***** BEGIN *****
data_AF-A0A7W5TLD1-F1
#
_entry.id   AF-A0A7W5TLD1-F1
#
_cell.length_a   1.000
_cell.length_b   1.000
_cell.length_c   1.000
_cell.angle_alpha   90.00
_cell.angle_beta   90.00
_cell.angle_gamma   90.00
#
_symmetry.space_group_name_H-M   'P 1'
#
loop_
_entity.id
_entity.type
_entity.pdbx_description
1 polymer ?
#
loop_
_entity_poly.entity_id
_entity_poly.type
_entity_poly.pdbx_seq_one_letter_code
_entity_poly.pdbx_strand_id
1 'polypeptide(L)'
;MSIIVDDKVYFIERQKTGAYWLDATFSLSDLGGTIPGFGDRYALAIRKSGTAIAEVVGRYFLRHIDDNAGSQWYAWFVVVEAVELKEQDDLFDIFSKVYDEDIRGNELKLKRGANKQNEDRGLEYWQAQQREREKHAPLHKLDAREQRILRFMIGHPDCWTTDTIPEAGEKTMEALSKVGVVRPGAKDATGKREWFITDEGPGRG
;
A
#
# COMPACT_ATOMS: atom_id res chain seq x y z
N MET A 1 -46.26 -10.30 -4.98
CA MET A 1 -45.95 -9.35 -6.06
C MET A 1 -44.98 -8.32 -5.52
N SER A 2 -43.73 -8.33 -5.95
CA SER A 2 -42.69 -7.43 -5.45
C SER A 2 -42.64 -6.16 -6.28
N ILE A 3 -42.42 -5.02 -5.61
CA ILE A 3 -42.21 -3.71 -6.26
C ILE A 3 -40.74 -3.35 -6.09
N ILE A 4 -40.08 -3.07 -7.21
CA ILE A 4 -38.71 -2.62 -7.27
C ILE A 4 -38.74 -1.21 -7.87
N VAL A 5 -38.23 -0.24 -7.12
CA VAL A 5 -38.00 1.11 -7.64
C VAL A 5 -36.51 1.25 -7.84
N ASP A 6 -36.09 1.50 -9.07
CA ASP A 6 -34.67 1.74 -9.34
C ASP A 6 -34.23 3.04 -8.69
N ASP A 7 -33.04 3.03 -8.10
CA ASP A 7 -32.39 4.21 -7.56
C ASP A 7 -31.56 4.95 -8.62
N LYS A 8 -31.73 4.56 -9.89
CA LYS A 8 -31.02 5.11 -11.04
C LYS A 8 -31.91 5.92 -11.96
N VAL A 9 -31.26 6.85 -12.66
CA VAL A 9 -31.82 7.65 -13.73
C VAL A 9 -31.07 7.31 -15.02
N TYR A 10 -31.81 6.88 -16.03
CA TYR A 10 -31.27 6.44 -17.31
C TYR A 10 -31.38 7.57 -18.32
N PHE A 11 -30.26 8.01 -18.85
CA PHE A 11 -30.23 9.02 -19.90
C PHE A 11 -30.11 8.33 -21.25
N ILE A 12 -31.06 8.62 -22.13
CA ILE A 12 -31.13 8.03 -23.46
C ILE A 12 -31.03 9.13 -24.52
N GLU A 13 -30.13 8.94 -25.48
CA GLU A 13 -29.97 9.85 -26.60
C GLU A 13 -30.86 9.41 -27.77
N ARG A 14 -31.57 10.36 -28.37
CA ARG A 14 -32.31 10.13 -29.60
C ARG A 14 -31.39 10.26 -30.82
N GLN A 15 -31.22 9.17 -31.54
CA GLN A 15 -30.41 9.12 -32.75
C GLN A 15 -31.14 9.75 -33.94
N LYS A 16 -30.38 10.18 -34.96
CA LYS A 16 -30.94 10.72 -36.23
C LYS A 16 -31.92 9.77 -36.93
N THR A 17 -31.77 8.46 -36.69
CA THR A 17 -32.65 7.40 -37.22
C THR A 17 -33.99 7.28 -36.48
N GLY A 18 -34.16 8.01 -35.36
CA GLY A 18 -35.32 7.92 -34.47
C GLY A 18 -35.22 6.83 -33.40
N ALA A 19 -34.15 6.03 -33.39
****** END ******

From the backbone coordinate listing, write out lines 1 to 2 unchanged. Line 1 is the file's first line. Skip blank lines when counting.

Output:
data_AF-A0A7W5TLD1-F1
#